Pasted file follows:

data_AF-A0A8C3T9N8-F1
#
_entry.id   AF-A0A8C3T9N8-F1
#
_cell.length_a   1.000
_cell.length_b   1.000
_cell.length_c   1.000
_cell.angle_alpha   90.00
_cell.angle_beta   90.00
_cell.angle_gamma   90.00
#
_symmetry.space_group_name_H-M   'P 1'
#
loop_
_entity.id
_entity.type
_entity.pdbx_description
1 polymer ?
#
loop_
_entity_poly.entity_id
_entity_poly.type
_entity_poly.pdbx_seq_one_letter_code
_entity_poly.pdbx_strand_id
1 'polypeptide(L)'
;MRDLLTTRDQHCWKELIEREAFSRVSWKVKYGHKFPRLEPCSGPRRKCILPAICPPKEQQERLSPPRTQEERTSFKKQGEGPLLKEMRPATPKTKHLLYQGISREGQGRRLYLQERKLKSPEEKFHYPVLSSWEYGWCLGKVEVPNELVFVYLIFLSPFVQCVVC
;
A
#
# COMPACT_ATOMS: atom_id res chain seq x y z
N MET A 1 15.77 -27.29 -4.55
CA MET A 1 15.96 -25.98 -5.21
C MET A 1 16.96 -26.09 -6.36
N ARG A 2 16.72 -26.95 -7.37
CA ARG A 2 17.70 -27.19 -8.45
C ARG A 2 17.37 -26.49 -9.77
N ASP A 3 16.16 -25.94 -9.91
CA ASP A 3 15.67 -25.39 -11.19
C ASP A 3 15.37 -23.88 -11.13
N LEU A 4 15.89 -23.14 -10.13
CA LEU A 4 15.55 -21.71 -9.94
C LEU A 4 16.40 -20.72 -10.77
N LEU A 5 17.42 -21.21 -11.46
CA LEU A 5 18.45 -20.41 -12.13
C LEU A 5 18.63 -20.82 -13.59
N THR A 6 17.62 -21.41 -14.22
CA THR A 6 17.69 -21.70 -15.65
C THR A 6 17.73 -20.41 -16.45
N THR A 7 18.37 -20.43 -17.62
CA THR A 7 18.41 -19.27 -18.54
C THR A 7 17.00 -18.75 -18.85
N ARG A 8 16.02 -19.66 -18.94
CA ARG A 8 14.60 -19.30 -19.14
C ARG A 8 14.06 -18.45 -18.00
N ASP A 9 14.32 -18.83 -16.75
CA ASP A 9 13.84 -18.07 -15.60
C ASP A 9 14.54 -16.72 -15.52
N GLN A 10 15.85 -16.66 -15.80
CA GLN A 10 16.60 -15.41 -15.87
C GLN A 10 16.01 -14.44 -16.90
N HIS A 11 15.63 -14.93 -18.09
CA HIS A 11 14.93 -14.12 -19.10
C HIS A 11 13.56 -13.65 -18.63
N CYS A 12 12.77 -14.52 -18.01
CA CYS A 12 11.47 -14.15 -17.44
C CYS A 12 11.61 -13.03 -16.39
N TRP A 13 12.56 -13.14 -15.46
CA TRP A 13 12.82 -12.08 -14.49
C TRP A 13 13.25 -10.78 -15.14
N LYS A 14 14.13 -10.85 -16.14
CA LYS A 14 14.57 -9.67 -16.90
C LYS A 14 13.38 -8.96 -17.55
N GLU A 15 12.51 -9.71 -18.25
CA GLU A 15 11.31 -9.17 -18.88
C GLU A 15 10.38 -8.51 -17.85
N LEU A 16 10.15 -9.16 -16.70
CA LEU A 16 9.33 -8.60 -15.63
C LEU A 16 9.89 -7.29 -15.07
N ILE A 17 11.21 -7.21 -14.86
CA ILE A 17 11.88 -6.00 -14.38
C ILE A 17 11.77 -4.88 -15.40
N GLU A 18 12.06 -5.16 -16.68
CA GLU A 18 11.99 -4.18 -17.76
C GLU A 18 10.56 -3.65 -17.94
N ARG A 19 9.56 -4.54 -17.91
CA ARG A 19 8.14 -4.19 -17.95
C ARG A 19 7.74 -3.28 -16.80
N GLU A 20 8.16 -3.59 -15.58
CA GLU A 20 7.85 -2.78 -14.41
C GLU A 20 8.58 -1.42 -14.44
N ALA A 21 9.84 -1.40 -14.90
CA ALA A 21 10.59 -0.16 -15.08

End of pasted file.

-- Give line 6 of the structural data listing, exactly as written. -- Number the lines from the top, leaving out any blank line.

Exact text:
_cell.length_b   1.000